6. “How are your own/real children handling your adoption/foster care?"

Sometimes when families pursue adoption and foster care, they have biological children already in the home. If you are concerned about their processing the adoption or foster care and genuinely want to check in, ask "How are your biological kids adjusting and/or preparing for the addition to your family?"

7. Any sort of horror story.

For some reason, people love sharing the stories they've heard from Oprah or the neighbor down the street about a family falling apart. It's almost always pegged at the child who was adopted. This is far too common and extremely unloving, unfair, and not okay. Please don't share a story like this.

I love adoption. I love families by adoption and foster care. I also love everyone else and believe we can continue spreading positive and helpful awareness about adoption and foster care.

If you would like to read more about positive adoption language and what terms to use or not use, read Adoption 101: Positive Adoption Language.

We all love our friends and want to support them as best as possible, especially on such a journey as the adoptive or foster care journey. One very overlooked and immensely powerful way to do this is to brush up on what not to ask and what to ask or say instead.

Your hearts are beautiful, dear mama! And please know that your adopting friend is lucky and thankful to have a friend like you in her life—one that cares enough to get educated and learn how to best love adoptive families.

Why do all of my good parenting or baby-focused inventions come after they've already been invented by someone else? Sigh.

Like the Puj hug hooded baby towel, aka the handiest, softest cotton towel ever created.

Safely removing a wet, slippery baby from the bath can be totally nerve-wracking, and trying to hold onto a towel at the same time without soaking it in the process seems to require an extra arm altogether. It's no wonder so much water ends up on the floor, the countertops, or you(!) after bathing your little one. Their splashing and kicking in the water is beyond adorable, of course, but the clean up after? Not as much.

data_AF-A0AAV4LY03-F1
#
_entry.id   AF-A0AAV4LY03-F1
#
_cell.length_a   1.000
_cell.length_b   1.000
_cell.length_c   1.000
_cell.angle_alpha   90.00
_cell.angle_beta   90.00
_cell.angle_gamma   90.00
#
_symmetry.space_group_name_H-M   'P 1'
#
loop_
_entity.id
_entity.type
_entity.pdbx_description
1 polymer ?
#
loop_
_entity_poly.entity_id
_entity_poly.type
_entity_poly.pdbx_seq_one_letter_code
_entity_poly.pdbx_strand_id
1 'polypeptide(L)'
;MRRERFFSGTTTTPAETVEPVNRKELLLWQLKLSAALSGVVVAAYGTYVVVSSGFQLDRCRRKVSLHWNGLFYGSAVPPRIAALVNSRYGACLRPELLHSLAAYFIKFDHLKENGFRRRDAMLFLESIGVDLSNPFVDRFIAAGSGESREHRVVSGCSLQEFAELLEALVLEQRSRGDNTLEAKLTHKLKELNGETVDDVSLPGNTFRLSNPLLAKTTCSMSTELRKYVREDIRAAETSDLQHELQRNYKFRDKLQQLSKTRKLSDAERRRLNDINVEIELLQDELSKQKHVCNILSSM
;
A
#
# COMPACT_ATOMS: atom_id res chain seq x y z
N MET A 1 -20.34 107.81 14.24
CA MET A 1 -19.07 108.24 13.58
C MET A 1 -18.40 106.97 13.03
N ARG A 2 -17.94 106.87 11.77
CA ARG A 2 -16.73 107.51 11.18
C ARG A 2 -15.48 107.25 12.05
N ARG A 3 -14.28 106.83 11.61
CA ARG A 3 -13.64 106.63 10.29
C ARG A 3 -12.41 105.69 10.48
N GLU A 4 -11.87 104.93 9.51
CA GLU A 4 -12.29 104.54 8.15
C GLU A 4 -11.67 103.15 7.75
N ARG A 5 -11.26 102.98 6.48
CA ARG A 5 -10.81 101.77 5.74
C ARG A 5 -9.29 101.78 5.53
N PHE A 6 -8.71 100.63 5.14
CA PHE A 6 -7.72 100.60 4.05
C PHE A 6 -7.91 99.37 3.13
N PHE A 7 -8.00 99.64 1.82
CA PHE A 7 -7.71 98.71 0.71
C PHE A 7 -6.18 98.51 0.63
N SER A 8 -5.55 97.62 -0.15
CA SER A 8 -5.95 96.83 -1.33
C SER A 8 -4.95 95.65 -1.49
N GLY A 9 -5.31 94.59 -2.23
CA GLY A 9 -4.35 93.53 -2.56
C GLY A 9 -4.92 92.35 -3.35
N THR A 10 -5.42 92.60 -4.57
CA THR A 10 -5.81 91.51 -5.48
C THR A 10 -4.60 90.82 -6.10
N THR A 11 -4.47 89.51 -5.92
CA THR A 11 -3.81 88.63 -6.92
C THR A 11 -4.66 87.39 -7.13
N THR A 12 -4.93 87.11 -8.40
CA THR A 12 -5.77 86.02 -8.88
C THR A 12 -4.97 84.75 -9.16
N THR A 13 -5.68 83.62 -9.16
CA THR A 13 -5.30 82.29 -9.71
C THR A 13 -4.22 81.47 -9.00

It sounds simple: Wash your child, sing them a song or two, let them play with some toys, then take them out, place a towel around them, and dry them off. Should be easy, peasy, lemon squeezy, right?

But it hasn't been. It's been more—as one of my favorite memes says—difficult, difficult, lemon difficult. Because until this towel hit the bathtime scene, there was no easy-peasy way to pick up your squirming wet baby without drenching yourself and/or everything around you.

Plus, there is nothing cuter than a baby in a plush hooded towel, right? Well, except when it's paired with a dry, mess-free floor, maybe.

Check out our favorites to make bathtime so much easier:

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When expecting a baby, there is a lot you can test-run in advance: Take that stroller around the block. Go for a spin with the car seat secured in place. Learn how to use the baby carrier with help from a doll. But breastfeeding? It's not exactly possible to practice before baby's arrival.

The absence of a trial makes it all the more important to prepare in other ways for breastfeeding success—and it can be as simple as adding a few of our lactation aiding favorites to your registry.

MilkBliss chocolate chip soft baked lactation cookies

MilkBliss lactation cookies